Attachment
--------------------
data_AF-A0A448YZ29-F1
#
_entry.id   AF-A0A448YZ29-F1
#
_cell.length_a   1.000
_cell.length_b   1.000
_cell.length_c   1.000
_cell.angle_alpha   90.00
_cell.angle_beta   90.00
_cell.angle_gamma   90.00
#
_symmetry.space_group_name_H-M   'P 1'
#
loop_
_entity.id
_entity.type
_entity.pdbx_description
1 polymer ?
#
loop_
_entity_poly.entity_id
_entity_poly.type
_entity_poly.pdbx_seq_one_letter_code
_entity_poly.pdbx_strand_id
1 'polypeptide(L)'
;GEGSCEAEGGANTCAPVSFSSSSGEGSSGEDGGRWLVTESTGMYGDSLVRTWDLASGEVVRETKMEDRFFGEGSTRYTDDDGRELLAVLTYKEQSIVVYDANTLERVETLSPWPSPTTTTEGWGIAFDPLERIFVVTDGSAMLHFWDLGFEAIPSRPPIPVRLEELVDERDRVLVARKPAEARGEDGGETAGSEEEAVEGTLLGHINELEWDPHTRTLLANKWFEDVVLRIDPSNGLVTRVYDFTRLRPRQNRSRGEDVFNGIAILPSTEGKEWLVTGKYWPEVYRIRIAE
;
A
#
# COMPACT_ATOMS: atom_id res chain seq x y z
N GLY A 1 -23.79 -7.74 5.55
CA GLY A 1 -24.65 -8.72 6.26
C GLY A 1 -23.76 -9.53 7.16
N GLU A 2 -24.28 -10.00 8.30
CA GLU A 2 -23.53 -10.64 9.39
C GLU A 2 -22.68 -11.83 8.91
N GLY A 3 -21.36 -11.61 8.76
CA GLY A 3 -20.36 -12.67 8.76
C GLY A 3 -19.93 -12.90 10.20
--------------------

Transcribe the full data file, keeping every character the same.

data_AF-A0A448YZ29-F1
#
_entry.id   AF-A0A448YZ29-F1
#
_cell.length_a   1.000
_cell.length_b   1.000
_cell.length_c   1.000
_cell.angle_alpha   90.00
_cell.angle_beta   90.00
_cell.angle_gamma   90.00
#
_symmetry.space_group_name_H-M   'P 1'
#
loop_
_entity.id
_entity.type
_entity.pdbx_description
1 polymer ?
#
loop_
_entity_poly.entity_id
_entity_poly.type
_entity_poly.pdbx_seq_one_letter_code
_entity_poly.pdbx_strand_id
1 'polypeptide(L)'
;GEGSCEAEGGANTCAPVSFSSSSGEGSSGEDGGRWLVTESTGMYGDSLVRTWDLASGEVVRETKMEDRFFGEGSTRYTDDDGRELLAVLTYKEQSIVVYDANTLERVETLSPWPSPTTTTEGWGIAFDPLERIFVVTDGSAMLHFWDLGFEAIPSRPPIPVRLEELVDERDRVLVARKPAEARGEDGGETAGSEEEAVEGTLLGHINELEWDPHTRTLLANKWFEDVVLRIDPSNGLVTRVYDFTRLRPRQNRSRGEDVFNGIAILPSTEGKEWLVTGKYWPEVYRIRIAE
;
A
#
# COMPACT_ATOMS: atom_id res chain seq x y z
N GLY A 1 -23.79 -7.74 5.55
CA GLY A 1 -24.65 -8.72 6.26
C GLY A 1 -23.76 -9.53 7.16
N GLU A 2 -24.28 -10.00 8.30
CA GLU A 2 -23.53 -10.64 9.39
C GLU A 2 -22.68 -11.83 8.91
N GLY A 3 -21.36 -11.61 8.76
CA GLY A 3 -20.36 -12.67 8.76
C GLY A 3 -19.93 -12.90 10.20